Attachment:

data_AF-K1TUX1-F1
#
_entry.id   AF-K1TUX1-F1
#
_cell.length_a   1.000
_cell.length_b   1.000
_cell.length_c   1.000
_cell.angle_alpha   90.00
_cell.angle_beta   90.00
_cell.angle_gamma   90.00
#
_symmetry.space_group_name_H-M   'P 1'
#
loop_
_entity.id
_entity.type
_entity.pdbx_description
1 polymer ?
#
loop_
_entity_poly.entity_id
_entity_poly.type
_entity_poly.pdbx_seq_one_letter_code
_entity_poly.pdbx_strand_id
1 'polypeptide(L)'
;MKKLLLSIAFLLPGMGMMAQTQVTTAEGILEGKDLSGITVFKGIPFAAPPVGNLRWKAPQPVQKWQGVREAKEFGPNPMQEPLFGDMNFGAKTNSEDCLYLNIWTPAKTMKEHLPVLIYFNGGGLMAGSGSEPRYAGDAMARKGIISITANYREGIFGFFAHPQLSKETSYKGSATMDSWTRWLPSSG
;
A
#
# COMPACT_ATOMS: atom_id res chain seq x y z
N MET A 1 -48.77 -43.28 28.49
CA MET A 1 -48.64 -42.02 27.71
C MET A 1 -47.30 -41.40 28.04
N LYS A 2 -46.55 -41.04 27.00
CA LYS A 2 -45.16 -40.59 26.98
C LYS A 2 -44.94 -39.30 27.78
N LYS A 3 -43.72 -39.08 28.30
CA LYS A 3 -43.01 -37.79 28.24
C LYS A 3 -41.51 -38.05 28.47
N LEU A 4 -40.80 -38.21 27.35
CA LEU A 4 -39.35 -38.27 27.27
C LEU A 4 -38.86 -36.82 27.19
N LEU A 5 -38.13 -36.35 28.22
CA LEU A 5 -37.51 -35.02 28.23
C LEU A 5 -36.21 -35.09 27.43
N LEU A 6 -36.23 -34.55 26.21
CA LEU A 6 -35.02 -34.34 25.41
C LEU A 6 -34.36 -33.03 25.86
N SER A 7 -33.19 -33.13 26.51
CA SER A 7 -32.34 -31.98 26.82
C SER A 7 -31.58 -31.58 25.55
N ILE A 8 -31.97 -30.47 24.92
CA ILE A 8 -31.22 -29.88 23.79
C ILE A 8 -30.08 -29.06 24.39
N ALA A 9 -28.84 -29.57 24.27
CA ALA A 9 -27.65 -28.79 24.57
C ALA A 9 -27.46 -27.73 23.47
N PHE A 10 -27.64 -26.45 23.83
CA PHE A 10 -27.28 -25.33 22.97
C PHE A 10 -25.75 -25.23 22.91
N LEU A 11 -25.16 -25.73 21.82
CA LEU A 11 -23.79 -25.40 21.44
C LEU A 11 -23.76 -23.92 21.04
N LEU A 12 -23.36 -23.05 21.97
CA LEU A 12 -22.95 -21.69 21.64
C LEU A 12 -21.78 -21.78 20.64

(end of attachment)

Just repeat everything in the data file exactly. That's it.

data_AF-K1TUX1-F1
#
_entry.id   AF-K1TUX1-F1
#
_cell.length_a   1.000
_cell.length_b   1.000
_cell.length_c   1.000
_cell.angle_alpha   90.00
_cell.angle_beta   90.00
_cell.angle_gamma   90.00
#
_symmetry.space_group_name_H-M   'P 1'
#
loop_
_entity.id
_entity.type
_entity.pdbx_description
1 polymer ?
#
loop_
_entity_poly.entity_id
_entity_poly.type
_entity_poly.pdbx_seq_one_letter_code
_entity_poly.pdbx_strand_id
1 'polypeptide(L)'
;MKKLLLSIAFLLPGMGMMAQTQVTTAEGILEGKDLSGITVFKGIPFAAPPVGNLRWKAPQPVQKWQGVREAKEFGPNPMQEPLFGDMNFGAKTNSEDCLYLNIWTPAKTMKEHLPVLIYFNGGGLMAGSGSEPRYAGDAMARKGIISITANYREGIFGFFAHPQLSKETSYKGSATMDSWTRWLPSSG
;
A
#
# COMPACT_ATOMS: atom_id res chain seq x y z
N MET A 1 -48.77 -43.28 28.49
CA MET A 1 -48.64 -42.02 27.71
C MET A 1 -47.30 -41.40 28.04
N LYS A 2 -46.55 -41.04 27.00
CA LYS A 2 -45.16 -40.59 26.98
C LYS A 2 -44.94 -39.30 27.78
N LYS A 3 -43.72 -39.08 28.30
CA LYS A 3 -43.01 -37.79 28.24
C LYS A 3 -41.51 -38.05 28.47
N LEU A 4 -40.80 -38.21 27.35
CA LEU A 4 -39.35 -38.27 27.27
C LEU A 4 -38.86 -36.82 27.19
N LEU A 5 -38.13 -36.35 28.22
CA LEU A 5 -37.51 -35.02 28.23
C LEU A 5 -36.21 -35.09 27.43
N LEU A 6 -36.23 -34.55 26.21
CA LEU A 6 -35.02 -34.34 25.41
C LEU A 6 -34.36 -33.03 25.86
N SER A 7 -33.19 -33.13 26.51
CA SER A 7 -32.34 -31.98 26.82
C SER A 7 -31.58 -31.58 25.55
N ILE A 8 -31.97 -30.47 24.92
CA ILE A 8 -31.22 -29.88 23.79
C ILE A 8 -30.08 -29.06 24.39
N ALA A 9 -28.84 -29.57 24.27
CA ALA A 9 -27.65 -28.79 24.57
C ALA A 9 -27.46 -27.73 23.47
N PHE A 10 -27.64 -26.45 23.83
CA PHE A 10 -27.28 -25.33 22.97
C PHE A 10 -25.75 -25.23 22.91
N LEU A 11 -25.16 -25.73 21.82
CA LEU A 11 -23.79 -25.40 21.44
C LEU A 11 -23.76 -23.92 21.04
N LEU A 12 -23.36 -23.05 21.97
CA LEU A 12 -22.95 -21.69 21.64
C LEU A 12 -21.78 -21.78 20.64